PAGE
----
In 1970, the United States Department of Labor created the Occupational Safety and Health Administration, known as OSHA, as well as the Occupational Safety and Health Act of 1970, known as OSH, in an effort to help protect employees from dangers in the workplace. Unfortunately, not all employers always adhere to the strict standards outlined by OSHA, and even when they do, many workplaces are inherently dangerous, and accidents do occur.
Among the employee rights under OSHA is the right to have an OSHA area director inspect a workplace if there is a suspicion of standards violations or potentially hazardous conditions along with an employee representative present at the time of the inspection tour. This will allow OSHA to determine the safety, or lack thereof, of a job site or workplace environment to assure that all standards have been met.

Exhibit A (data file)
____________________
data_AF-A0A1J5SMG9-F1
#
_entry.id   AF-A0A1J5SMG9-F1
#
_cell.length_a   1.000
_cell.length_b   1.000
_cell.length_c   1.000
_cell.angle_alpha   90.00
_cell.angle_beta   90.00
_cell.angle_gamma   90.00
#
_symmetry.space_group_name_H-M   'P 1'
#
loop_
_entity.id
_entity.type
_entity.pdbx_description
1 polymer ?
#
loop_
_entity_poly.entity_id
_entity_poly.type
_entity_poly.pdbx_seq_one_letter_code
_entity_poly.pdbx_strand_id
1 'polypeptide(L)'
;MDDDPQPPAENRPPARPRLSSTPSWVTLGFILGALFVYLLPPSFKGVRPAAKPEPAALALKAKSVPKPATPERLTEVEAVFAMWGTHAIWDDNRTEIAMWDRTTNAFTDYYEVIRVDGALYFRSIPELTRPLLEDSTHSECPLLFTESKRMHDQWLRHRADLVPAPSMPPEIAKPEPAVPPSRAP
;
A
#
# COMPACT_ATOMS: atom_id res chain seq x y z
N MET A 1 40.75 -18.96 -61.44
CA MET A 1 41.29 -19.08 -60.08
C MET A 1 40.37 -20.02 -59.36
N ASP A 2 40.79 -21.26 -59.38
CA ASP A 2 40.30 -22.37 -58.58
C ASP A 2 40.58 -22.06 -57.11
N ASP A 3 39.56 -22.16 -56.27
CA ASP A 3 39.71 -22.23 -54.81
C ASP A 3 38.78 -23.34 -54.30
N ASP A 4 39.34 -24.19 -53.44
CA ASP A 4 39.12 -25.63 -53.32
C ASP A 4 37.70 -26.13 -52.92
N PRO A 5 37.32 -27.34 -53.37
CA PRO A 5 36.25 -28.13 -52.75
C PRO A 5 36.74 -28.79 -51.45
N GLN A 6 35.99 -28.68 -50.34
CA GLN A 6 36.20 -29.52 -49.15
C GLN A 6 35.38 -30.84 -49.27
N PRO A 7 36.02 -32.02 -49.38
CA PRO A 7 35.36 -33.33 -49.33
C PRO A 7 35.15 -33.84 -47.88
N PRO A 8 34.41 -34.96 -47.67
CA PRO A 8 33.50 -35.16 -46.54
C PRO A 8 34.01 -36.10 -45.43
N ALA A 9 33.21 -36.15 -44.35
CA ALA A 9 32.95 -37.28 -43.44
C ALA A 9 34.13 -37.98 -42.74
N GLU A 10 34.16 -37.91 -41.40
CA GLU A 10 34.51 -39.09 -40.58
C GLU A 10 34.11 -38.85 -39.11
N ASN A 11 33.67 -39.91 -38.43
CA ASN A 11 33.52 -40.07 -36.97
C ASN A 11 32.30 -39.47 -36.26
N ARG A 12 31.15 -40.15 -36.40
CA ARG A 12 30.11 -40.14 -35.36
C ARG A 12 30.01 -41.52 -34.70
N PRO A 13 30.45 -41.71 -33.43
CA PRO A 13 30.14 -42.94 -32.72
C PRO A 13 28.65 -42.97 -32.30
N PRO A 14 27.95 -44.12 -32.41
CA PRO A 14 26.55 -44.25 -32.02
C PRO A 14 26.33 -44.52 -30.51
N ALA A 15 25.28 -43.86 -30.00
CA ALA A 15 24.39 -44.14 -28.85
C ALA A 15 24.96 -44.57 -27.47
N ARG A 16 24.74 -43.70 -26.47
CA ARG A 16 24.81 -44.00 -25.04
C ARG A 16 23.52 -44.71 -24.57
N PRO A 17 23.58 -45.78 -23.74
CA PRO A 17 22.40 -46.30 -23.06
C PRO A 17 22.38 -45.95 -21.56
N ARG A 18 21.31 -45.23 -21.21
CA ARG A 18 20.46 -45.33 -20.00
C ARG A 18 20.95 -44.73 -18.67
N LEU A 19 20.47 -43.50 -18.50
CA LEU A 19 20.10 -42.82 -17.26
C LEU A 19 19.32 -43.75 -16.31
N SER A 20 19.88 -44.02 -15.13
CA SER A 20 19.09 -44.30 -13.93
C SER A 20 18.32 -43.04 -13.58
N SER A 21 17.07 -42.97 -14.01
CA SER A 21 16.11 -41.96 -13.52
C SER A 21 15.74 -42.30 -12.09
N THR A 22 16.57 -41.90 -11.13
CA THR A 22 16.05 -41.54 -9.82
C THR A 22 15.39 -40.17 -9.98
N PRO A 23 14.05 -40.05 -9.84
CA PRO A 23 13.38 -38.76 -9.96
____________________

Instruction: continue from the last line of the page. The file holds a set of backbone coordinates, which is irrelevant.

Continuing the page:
The Occupational Safety and Health Administration states that employers have a duty to adhere to many safety obligations including providing safe tools and equipment for their employees, displaying an OSHA poster which explains all an employee’s rights granted by the OSH Act, provide safety training when necessary, and most importantly assure a workplace is free of known hazards.
Not all workplace accidents are preventable, as unforeseen situations may arise that put a worker in danger. Work-related injuries are covered by Social Security Disability however, if the injury prevents someone from working for at least a year or is expected to end in death. Social Security Disability benefits are not meant to fully cover costs associated with treating or rehabilitation for the injury, but may provide financial relief for a victim dealing with a long-term workplace injury.
Source: findlaw.com, “OSHA and Construction Workers’ Right to a Safe Workplace,” Accessed Jan. 2, 2017